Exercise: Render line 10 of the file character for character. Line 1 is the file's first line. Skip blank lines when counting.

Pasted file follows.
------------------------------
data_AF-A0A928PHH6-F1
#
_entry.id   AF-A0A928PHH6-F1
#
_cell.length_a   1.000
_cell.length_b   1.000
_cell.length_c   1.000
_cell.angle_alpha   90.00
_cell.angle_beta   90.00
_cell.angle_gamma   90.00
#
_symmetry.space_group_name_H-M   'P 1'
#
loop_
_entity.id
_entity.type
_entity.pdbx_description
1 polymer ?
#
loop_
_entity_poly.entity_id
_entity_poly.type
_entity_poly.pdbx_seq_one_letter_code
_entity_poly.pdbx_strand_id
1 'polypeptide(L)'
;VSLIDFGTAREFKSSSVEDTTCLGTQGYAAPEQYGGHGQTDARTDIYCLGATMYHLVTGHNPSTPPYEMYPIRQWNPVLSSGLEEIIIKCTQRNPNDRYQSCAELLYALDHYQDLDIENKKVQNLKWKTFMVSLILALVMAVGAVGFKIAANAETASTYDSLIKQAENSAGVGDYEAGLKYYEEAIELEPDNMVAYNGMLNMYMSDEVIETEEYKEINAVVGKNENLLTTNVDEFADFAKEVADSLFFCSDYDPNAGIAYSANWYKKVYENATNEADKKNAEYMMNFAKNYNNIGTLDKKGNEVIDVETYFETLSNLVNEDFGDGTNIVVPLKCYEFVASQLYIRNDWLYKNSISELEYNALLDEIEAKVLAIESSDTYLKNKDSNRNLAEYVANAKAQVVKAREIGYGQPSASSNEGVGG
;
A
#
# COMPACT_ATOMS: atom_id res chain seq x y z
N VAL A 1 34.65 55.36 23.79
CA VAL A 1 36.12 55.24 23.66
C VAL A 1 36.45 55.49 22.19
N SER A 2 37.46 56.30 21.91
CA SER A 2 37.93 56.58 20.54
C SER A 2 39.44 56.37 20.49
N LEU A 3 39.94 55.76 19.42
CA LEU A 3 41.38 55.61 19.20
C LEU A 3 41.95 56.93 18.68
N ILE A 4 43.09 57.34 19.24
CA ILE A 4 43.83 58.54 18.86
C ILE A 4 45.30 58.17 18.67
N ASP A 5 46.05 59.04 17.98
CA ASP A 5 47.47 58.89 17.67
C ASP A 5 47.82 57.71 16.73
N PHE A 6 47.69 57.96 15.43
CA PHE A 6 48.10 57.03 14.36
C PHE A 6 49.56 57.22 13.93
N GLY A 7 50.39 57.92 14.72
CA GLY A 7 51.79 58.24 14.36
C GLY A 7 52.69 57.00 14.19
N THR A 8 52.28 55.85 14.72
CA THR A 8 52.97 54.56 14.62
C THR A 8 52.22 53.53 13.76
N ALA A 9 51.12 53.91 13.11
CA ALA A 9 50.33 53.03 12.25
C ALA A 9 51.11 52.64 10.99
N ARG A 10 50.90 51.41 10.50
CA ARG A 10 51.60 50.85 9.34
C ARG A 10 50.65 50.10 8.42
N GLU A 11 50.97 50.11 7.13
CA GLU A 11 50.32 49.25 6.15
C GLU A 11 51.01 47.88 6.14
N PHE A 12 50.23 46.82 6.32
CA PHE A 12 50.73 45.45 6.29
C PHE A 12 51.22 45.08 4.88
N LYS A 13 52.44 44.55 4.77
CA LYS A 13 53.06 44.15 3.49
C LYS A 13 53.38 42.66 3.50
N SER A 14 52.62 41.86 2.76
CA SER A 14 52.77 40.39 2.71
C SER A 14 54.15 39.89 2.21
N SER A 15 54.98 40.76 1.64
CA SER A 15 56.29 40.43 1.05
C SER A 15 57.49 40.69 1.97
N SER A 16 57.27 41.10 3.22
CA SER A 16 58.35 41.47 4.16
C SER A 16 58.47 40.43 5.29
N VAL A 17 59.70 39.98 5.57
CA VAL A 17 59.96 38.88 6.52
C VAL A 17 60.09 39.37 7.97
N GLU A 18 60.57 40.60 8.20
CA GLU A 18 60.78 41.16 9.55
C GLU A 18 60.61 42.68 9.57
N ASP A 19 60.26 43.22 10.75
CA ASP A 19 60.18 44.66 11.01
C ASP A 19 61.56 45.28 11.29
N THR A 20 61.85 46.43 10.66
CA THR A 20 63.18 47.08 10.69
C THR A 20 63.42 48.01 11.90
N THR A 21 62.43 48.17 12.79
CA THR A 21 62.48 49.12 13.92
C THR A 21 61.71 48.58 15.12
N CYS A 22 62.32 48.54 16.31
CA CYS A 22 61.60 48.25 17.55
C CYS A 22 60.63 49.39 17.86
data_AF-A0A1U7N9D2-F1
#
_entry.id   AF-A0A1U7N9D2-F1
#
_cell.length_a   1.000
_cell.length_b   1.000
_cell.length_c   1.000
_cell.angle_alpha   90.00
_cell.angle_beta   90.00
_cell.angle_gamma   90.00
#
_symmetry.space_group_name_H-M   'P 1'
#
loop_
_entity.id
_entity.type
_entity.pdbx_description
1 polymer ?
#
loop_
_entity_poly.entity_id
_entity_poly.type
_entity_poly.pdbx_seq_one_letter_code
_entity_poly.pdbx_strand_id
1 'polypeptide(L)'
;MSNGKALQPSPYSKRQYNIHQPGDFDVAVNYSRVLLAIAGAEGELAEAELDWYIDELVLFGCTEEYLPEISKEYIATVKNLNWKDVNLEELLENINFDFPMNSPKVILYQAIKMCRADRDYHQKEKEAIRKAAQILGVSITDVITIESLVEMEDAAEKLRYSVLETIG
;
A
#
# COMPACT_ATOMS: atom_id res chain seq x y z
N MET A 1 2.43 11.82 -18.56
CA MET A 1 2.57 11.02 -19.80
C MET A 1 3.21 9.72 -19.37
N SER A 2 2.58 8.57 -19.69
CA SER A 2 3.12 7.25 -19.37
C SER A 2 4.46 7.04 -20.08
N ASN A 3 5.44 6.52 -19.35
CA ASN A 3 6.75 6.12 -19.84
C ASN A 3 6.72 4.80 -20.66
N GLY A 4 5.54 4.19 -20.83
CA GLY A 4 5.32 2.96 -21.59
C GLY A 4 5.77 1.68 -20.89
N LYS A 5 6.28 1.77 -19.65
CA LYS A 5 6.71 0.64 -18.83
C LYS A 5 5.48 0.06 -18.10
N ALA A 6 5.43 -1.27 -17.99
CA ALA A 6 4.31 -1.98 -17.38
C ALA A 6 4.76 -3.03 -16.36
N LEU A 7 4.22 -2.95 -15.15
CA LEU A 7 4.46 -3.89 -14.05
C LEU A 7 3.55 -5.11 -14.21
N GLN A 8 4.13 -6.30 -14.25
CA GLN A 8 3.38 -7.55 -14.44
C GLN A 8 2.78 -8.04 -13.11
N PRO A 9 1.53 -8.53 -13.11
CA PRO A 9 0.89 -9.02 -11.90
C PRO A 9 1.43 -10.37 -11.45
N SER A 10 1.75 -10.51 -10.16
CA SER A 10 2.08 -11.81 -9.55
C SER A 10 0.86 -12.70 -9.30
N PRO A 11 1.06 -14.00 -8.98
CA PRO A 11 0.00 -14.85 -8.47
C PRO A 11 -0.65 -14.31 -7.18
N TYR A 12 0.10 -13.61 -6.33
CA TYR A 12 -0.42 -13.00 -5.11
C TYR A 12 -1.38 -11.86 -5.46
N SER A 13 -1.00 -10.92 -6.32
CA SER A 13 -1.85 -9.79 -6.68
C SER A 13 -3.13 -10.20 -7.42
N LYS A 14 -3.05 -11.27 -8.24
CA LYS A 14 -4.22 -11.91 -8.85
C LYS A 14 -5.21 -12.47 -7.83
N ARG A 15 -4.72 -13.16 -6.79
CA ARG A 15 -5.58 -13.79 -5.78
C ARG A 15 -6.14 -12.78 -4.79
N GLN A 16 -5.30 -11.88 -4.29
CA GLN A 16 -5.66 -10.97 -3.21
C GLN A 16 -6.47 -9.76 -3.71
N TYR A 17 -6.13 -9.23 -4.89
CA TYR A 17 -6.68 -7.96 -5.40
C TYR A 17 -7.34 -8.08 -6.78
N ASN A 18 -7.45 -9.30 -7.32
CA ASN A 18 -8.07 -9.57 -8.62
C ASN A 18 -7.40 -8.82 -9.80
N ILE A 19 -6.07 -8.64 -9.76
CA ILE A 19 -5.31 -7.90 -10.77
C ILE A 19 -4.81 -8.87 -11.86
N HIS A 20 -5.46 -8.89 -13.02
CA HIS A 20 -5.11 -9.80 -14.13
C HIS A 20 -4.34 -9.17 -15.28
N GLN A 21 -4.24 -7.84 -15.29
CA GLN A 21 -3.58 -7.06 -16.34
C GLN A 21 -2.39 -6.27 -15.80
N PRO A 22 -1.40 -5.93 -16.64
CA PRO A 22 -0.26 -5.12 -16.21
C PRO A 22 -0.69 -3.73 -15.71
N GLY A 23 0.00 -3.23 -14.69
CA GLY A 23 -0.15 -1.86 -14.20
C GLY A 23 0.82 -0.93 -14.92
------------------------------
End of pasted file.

_cell.angle_gamma   90.00